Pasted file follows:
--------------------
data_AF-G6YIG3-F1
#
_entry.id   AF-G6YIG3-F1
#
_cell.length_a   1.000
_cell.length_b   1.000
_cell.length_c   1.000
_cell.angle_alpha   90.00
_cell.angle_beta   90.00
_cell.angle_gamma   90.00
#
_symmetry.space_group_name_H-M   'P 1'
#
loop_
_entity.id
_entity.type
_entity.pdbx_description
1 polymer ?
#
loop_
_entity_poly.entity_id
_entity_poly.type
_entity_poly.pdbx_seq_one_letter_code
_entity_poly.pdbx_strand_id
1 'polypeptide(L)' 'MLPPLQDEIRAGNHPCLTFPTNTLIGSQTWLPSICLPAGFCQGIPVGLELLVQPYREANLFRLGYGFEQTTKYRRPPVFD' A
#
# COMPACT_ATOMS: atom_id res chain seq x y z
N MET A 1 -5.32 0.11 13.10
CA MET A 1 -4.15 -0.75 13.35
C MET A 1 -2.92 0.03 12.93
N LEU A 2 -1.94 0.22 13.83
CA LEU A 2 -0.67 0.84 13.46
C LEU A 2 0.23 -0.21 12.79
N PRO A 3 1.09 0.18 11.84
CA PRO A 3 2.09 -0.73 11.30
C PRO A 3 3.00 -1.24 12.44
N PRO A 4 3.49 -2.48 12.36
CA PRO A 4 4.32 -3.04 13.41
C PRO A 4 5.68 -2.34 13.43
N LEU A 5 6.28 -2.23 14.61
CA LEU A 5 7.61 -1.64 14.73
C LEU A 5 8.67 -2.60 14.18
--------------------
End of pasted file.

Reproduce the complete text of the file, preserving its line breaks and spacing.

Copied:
data_AF-G6YIG3-F1
#
_entry.id   AF-G6YIG3-F1
#
_cell.length_a   1.000
_cell.length_b   1.000
_cell.length_c   1.000
_cell.angle_alpha   90.00
_cell.angle_beta   90.00
_cell.angle_gamma   90.00
#
_symmetry.space_group_name_H-M   'P 1'
#
loop_
_entity.id
_entity.type
_entity.pdbx_description
1 polymer ?
#
loop_
_entity_poly.entity_id
_entity_poly.type
_entity_poly.pdbx_seq_one_letter_code
_entity_poly.pdbx_strand_id
1 'polypeptide(L)' 'MLPPLQDEIRAGNHPCLTFPTNTLIGSQTWLPSICLPAGFCQGIPVGLELLVQPYREANLFRLGYGFEQTTKYRRPPVFD' A
#
# COMPACT_ATOMS: atom_id res chain seq x y z
N MET A 1 -5.32 0.11 13.10
CA MET A 1 -4.15 -0.75 13.35
C MET A 1 -2.92 0.03 12.93
N LEU A 2 -1.94 0.22 13.83
CA LEU A 2 -0.67 0.84 13.46
C LEU A 2 0.23 -0.21 12.79
N PRO A 3 1.09 0.18 11.84
CA PRO A 3 2.09 -0.73 11.30
C PRO A 3 3.00 -1.24 12.44
N PRO A 4 3.49 -2.48 12.36
CA PRO A 4 4.32 -3.04 13.41
C PRO A 4 5.68 -2.34 13.43
N LEU A 5 6.28 -2.23 14.61
CA LEU A 5 7.61 -1.64 14.73
C LEU A 5 8.67 -2.60 14.18